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WA lawmakers consider whether to tweak or repeal laws governing police chases

caption: Patrol cars and ambulances are shown at the intersection of Third Avenue and Pine Street on Wednesday, Jan. 22, 2020.
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Patrol cars and ambulances are shown at the intersection of Third Avenue and Pine Street on Wednesday, Jan. 22, 2020.
KUOW Photo/Megan Farmer

Regulating police vehicle pursuits emerged as a highly charged issue at the state Legislature in recent years. Lawmakers enacted strict regulations in 2021 in the wake of widespread anti-police protests, then loosened those restrictions slightly last year amidst reports of suspects brazenly fleeing police stops.

The issue is back on the agenda during this session, in the form of an initiative and other legislative proposals.

Steve Strachan, executive director of the Washington Association of Sheriffs and Police Chiefs, said he’s seeking multiple tools from lawmakers to find what he sees as the right balance on vehicle pursuits.

“We don’t want more pursuits," Strachen said. "We just want to send a strong message to people who choose to flee that that’s a bad idea and they’re going to get caught.”

Strachan said police pursuits are “inherently dangerous” and should be limited. But he said “the law changes that we saw in 2021 along with a large suite of police reform bills has changed sort of the environment that we’re seeing out there with driving."

“The changes led to a marginal decrease in the number of pursuits but it led to an exponential increase in the number of people fleeing from lawful traffic stops and fleeing from scenes of crimes,” he said.

This year, “we have proposed having greater flexibility in ability to pursue,” Strachan said, “but also to really kick up technology and greater sentencing and greater consequences for both adults and juveniles if they choose to flee from the police.”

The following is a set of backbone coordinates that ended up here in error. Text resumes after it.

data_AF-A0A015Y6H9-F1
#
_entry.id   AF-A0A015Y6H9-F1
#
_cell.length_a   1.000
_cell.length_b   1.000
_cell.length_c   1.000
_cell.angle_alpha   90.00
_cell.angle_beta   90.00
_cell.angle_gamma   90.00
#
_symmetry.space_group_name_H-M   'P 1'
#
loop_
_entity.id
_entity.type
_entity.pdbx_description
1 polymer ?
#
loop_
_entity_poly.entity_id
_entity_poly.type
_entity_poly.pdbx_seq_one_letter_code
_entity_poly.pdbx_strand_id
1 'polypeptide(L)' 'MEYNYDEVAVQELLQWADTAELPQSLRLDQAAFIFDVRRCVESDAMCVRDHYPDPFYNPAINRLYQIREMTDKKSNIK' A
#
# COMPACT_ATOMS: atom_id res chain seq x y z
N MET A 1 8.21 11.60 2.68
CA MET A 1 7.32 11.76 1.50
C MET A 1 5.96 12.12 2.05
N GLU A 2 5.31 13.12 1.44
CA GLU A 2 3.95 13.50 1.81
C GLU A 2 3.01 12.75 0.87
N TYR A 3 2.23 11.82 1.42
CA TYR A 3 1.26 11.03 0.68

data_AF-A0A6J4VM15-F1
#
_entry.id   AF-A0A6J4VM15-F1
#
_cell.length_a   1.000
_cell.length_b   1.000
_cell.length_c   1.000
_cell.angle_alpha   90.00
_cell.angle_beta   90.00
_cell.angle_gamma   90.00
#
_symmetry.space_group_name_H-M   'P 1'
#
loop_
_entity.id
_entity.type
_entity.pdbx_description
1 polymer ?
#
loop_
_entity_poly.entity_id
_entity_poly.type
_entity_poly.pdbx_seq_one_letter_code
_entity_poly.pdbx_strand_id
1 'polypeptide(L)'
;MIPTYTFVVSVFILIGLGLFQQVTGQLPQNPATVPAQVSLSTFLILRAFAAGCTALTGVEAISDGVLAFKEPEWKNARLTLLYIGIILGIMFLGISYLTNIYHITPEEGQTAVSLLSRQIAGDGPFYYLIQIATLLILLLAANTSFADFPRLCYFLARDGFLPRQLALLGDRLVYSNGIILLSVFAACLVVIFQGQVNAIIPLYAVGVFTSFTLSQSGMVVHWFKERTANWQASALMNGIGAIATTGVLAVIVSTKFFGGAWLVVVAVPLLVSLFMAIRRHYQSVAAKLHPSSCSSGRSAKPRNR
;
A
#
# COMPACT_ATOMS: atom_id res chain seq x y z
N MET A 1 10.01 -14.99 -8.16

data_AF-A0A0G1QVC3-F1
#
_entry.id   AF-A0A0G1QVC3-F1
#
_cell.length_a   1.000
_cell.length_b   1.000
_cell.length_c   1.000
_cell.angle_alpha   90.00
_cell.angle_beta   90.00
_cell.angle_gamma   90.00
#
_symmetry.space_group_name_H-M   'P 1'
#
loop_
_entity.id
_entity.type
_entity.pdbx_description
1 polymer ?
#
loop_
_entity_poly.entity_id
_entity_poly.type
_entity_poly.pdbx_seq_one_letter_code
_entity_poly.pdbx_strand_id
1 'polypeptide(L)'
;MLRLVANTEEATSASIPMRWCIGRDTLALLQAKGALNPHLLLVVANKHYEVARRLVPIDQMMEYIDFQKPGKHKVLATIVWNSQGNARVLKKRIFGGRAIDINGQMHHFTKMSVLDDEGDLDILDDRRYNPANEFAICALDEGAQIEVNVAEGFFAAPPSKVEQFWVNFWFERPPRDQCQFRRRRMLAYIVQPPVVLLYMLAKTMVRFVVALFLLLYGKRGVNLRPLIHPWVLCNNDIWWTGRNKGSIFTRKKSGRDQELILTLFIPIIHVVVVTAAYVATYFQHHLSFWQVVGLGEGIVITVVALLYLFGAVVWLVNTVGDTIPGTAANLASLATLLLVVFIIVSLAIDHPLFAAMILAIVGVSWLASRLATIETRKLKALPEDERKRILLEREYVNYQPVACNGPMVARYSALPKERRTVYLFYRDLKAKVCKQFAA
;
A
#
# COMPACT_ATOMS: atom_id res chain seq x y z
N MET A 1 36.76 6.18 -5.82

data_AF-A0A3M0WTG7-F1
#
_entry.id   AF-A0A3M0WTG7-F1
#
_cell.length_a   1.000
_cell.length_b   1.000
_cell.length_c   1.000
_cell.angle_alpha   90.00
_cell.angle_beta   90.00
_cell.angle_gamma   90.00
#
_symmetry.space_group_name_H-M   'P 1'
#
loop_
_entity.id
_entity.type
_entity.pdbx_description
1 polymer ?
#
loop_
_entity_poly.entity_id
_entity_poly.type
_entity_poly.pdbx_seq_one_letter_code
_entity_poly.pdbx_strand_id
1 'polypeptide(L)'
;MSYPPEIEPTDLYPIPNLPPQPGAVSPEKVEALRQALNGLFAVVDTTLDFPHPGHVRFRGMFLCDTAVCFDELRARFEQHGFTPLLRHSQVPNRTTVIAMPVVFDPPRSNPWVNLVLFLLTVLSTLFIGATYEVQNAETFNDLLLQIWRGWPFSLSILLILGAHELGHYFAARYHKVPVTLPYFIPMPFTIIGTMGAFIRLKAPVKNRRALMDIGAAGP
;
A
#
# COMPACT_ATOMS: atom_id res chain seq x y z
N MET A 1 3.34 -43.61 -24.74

This could include mandatory monitoring, mandatory sentences, and impoundment of vehicles, “because that’s going to be meaningful to a lot of people,” Strachan said, and then using fixed cameras to track stolen vehicles.

Strachan said the main goal is to curb reckless driving and traffic deaths.

State Sens. John Lovick (D-Mill Creek) and Manka Dhingra (D-Redmond) have advocated for strict limits on police vehicle pursuits in the past because of the dangers they present. They are now sponsoring SB 6200, which contains some of the increased penalties sought by WASPC.

Their bill would make people arrested for fleeing police subject to the same penalties as street racing. Vehicles used to attempt to elude the police would be subject to impound. Those arrested for that crime would be subject to mandatory home monitoring, and if convicted could face longer probation.

“Eluding the police is a public danger on our streets, just like illegal racing is," Sen. Dhingra said in a statement. "Sen. Lovick and I have been working with the Washington Association of Sheriffs and Police Chiefs in the interim to ensure we are holding people accountable for this unsafe behavior. This bill is the result of that work. It aligns the penalties for eluding with the penalties for illegal racing.”

Legislators also have to decide how to respond to Initiative 2113, which was recently certified by the Washington Secretary of State’s office. That initiative would repeal state restrictions on pursuits and allow local law enforcement to decide whether “the safety risks of failing to apprehend or identify the person are considered to be greater than the safety risks of the vehicular pursuit under the circumstances.”

Lawmakers could approve the initiative, let voters decide, or put an alternative on the ballot as well.

House Republican Leader Drew Stokesbary (R-Auburn) urged passage of the measure, saying, "Washington House Republicans fully support Initiative 2113 and believe it should be quickly passed by the Legislature during the 2024 legislative session. Limiting vehicular pursuits of police officers has had disastrous consequences for communities and exacerbated our state's public safety crisis.”

The Washington Coalition for Police Accountability advocated for the current law and said in a statement it is opposed to the initiative.

“Initiative 2113 seeks to drag the State backward, allowing pursuits for any infraction, which makes the streets more dangerous for all of us,” the group said. “Our current pursuit policy saves lives — unrestricted pursuits just don’t make sense.”

Sen. Dhingra also opposes the initiative.

“The issue of police pursuits has been before the Law & Justice Committee each year for three years now, and last year we passed legislation that struck a judicious balance by lowering the threshold for a pursuit," she said. "This initiative would take us backward and make the streets of Washington less safe.”

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